Statement of Ethics Compliance

This was a randomized, cross-over study that was approved by the research ethics committee of the Clinical Research Tokyo Hospital (Shinjuku, Tokyo, Japan), (Approval No. 151022001). The study protocol was registered in the University Hospital Medical Information Network (UMIN) Clinical Trials Registry (R000022399, UMIN000019373, 23/October/2015) before the start of the study. The study was conducted in compliance with the ethical principles of the Declaration of Helsinki (as revised in October 2013), and the Ethical Guidelines for Clinical Research (1/April/2014) issued by the Ministry of Health, Labor and Welfare and the Ministry of Education, Culture, Sports, Science and Technology. Ethical principles, selection of study sites, storing of documents, monitoring, and audit were conducted based on the International Council for Harmonisation of Technical Requirements for Pharmaceuticals for Human Use (ICH)’s Good Clinical Practice guidelines. Written consent was obtained from all patients before the run-in period. Candidate patients received a detailed explanation of the study protocols before providing consent.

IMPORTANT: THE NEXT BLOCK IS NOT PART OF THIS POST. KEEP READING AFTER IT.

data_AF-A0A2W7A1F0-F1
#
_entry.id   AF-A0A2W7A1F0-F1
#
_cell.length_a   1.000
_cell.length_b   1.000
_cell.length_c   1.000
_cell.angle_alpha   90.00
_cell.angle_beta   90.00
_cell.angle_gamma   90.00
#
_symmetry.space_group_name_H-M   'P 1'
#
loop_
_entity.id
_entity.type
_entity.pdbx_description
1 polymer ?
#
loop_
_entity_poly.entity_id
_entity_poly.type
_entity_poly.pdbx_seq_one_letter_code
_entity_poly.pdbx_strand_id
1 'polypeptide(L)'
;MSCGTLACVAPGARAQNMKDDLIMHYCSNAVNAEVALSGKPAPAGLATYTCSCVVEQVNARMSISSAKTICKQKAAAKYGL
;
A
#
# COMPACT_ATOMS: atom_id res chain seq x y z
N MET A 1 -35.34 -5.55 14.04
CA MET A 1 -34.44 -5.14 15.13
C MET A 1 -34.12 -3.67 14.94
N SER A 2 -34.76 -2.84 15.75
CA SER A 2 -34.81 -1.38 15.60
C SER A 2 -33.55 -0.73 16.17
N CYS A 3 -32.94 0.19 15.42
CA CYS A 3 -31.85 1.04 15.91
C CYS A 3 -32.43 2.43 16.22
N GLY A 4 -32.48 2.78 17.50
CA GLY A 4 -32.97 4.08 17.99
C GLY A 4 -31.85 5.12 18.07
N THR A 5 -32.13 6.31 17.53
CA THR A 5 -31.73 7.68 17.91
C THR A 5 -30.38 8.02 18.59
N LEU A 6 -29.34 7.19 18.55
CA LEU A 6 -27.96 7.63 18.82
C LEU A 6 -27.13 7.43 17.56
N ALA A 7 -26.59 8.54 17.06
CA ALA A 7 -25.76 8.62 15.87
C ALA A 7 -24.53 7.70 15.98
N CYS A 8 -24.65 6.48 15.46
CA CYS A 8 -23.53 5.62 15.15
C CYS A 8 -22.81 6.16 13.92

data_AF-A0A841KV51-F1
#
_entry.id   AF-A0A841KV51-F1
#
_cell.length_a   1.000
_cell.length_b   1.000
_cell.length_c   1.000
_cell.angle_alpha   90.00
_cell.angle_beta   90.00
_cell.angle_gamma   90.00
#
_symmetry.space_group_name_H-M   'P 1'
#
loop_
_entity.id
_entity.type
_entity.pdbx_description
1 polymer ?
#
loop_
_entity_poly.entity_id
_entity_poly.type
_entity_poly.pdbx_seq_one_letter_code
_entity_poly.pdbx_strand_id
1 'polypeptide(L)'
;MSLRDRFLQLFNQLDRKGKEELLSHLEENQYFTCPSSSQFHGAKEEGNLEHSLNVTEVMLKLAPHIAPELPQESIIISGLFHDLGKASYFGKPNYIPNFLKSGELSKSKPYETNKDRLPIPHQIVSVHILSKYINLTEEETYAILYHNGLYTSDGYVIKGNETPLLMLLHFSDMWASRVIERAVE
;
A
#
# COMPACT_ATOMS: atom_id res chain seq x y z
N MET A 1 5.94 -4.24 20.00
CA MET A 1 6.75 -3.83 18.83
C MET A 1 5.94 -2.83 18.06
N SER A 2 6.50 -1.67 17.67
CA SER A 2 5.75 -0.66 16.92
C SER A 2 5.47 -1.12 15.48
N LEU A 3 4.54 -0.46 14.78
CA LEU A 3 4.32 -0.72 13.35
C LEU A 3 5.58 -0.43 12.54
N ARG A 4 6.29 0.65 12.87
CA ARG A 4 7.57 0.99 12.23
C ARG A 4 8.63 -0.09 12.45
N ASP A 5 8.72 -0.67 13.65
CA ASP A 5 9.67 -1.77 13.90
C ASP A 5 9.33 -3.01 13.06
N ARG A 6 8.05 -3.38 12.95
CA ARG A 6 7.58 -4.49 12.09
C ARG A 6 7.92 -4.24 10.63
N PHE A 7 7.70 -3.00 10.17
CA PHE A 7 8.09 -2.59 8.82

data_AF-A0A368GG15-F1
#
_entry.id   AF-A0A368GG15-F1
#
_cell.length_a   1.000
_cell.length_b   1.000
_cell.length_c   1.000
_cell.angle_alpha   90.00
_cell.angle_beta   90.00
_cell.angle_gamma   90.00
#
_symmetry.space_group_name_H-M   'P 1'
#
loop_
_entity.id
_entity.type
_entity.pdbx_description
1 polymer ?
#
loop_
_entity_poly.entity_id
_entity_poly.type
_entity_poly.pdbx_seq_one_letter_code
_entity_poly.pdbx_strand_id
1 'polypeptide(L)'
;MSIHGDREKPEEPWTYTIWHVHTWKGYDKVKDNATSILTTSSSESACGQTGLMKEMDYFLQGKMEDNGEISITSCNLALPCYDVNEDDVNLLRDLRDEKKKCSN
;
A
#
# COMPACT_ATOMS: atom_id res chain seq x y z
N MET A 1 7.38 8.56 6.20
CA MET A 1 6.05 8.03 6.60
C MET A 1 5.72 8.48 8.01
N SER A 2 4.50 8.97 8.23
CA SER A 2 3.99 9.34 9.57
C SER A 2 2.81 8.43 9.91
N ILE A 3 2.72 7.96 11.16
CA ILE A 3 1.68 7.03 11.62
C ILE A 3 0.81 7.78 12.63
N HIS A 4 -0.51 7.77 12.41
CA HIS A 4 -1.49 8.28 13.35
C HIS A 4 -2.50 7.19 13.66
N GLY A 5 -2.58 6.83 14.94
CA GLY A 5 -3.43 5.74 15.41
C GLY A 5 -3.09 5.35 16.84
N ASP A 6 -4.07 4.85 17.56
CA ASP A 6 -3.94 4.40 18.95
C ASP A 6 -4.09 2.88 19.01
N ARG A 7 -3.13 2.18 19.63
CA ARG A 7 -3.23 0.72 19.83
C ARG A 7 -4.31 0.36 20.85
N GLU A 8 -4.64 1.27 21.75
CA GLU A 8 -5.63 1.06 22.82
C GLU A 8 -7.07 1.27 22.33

The contract research organization performed both data management and monitoring during the study periods.